Nursing student Marina traveled from Columbus to move into Clark Hall Wednesday for her freshman year at Kent State. She’s disappointed with the circumstances surrounding her first year of college. 

“It’s unfortunate that we have to do this—that this is kind of how we have to go through our first year, but I think it’ll just make everything a lot better when it gets better,” she said. “It’ll be a lot more worth it.” 

Individual rooms will be set aside in residence halls for students showing symptoms of COVID-19 but are not yet confirmed positive and are awaiting test results, Vincent said. 

Van Campen Hall has been converted into an isolation hall for students with confirmed cases of the virus. The Office of Global Education, formerly located in Van Campen, moved to Terrace Hall. 

Measures are also in place to ensure the safety of students living off-campus. The Division of Student Affairs has been working closely with Fraternity and Sorority Life, asking them to remind members to socially distance, avoid hosting large social gatherings and wear masks. 

“[It’s] not just putting something in place where you’re saying, ‘Well, you can’t do this,’ but having people understand why this is and how it’s everybody’s responsibility to keep campus safe,” van Dulmen said.

University representatives are also working alongside the city of Kent to manage social gatherings surrounding campus. Kent State has started to engage in canvassing neighborhoods off-campus known for having high volumes of social gatherings, van Dulmen said. 

The canvassing process entails going door-to-door and talking with students living off-campus about safe behaviors such as why it’s important to have small gatherings, wear face masks, and keep distance. 

“I’m very proud to be part of this community. I think we’ve done an amazing job,” van Dulmen said. “Now we have to work the plan.We need everybody to work our plan, to work with Flashes Safe Seven, to adhere to the guidelines that we’ve put in place.”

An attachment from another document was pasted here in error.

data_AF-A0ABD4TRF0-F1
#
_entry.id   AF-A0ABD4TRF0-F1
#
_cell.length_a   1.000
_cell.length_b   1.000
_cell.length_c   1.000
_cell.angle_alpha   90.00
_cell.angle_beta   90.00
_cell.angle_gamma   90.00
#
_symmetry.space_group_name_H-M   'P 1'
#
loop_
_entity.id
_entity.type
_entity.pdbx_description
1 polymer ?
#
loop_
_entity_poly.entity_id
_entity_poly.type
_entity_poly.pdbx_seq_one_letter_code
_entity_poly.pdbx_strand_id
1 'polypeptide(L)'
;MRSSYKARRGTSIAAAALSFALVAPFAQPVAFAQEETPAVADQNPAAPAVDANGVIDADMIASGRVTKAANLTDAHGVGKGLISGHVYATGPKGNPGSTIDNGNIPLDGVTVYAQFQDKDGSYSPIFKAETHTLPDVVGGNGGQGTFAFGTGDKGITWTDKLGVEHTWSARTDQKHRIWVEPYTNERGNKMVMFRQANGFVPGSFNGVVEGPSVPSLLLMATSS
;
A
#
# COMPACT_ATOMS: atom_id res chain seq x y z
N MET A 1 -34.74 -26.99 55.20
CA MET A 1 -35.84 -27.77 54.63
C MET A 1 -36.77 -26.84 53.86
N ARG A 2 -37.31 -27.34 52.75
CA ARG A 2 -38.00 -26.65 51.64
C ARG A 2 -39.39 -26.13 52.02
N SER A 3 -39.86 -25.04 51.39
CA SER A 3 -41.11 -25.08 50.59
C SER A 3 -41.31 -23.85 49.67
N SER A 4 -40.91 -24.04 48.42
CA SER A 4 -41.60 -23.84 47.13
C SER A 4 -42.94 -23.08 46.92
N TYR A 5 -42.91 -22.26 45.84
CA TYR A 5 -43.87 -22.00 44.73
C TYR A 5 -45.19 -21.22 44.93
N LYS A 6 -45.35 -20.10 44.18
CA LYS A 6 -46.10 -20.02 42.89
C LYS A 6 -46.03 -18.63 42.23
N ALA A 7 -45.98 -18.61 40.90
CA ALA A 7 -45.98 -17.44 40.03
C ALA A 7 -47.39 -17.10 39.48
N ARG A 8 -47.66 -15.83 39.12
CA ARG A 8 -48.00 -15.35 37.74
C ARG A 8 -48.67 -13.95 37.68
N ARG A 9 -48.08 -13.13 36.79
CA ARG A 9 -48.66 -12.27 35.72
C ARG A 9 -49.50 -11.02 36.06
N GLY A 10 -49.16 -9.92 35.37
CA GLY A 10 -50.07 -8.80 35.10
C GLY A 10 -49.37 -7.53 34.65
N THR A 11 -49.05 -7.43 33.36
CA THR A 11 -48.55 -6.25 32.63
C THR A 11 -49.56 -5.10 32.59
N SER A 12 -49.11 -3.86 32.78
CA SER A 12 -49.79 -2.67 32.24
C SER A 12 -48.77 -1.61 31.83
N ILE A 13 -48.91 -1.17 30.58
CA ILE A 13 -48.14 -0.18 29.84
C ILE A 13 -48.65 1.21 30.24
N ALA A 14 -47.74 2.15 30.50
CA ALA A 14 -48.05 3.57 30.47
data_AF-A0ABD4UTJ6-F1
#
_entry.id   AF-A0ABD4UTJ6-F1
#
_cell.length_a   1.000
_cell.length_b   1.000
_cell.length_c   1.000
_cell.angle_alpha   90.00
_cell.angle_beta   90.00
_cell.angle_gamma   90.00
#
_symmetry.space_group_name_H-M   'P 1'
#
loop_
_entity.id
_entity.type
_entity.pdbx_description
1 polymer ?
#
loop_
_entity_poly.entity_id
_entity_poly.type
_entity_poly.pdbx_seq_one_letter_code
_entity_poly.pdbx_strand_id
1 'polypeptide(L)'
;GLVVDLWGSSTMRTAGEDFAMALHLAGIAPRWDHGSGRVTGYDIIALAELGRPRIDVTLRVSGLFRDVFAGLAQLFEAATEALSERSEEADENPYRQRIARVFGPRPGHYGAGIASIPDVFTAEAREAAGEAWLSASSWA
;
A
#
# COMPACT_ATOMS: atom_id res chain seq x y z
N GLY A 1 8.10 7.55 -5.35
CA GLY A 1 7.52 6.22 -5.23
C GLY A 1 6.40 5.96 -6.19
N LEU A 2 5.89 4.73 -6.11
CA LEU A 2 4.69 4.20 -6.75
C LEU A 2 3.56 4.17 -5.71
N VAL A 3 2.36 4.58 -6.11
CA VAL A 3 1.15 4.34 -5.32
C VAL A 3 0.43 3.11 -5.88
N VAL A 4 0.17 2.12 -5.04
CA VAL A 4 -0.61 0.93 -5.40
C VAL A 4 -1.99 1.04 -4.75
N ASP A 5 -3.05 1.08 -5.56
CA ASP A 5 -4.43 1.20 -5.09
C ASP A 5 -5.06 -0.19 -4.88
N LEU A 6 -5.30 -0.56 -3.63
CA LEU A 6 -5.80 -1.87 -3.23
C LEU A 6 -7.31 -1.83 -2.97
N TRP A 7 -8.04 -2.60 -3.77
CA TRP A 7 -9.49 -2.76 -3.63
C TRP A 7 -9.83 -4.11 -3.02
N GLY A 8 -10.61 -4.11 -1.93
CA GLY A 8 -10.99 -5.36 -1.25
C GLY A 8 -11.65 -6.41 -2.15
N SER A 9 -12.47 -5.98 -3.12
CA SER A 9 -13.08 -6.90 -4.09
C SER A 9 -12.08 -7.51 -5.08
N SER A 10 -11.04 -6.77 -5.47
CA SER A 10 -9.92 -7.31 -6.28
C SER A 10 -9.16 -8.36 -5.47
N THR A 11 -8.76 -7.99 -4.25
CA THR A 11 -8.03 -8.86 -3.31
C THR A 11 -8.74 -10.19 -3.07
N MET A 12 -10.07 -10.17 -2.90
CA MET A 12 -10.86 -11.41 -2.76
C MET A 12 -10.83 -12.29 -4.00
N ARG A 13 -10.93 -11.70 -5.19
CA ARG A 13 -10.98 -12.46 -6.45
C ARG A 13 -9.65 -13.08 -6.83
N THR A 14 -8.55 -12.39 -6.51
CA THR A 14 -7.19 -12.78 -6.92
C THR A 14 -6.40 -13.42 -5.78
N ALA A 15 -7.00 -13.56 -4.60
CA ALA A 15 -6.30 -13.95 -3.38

van Dulmen said Kent State differs from other institutions of higher education in how they go about enforcing guidelines. He said conversation will be key, and a punishing component will not be the starting point for the university.

“[We’ll] have conversations when students don’t comply,” van Dulmen said. “We try to understand why this is happening …[if] students, don’t feel it’s for them to wear a face covering, then the question is maybe ‘Can you participate remotely? Is that an option? Can we make that work for you?’” 

van Dulmen emphasized the importance of university faculty and staff being understanding during this time.

“We’ve not changed the formal [attendance] policy, but we have a temporary policy in place where we’re asking instructors to be flexible around students being sick, having other caregiver responsibilities as well.” van Dulmen said.

Jay Graham, interim executive director of the Office of the University Architect, said 1,127 instructional rooms were modified across the Kent campus and all regional campuses. To date, the university has printed over 92,000 signs for all their campuses. 

The signage will remind students and staff to follow the Flashes Safe Seven Principles, offer visuals for proper social distancing in classrooms and hallways and indicate classroom capacities.

“They help to remind and encourage our students and faculty to remain physically distant as best they can,” Graham said.

At the start of the new school year, Kent State officials will begin meeting daily at 8 a.m. to monitor campus conditions. Additional meetings will take place throughout the week between university staff and local health departments, Graham said.

“Even though those transmissions are very transient in short periods of time, we wanted, again, to just provide the best opportunity for our students and faculty, to limit the opportunity for transmission,” he said.

Fall classes resume Aug. 27 at Kent State’s main campus and all Kent State branch campuses. 

Contact Connor Steffen at [email protected]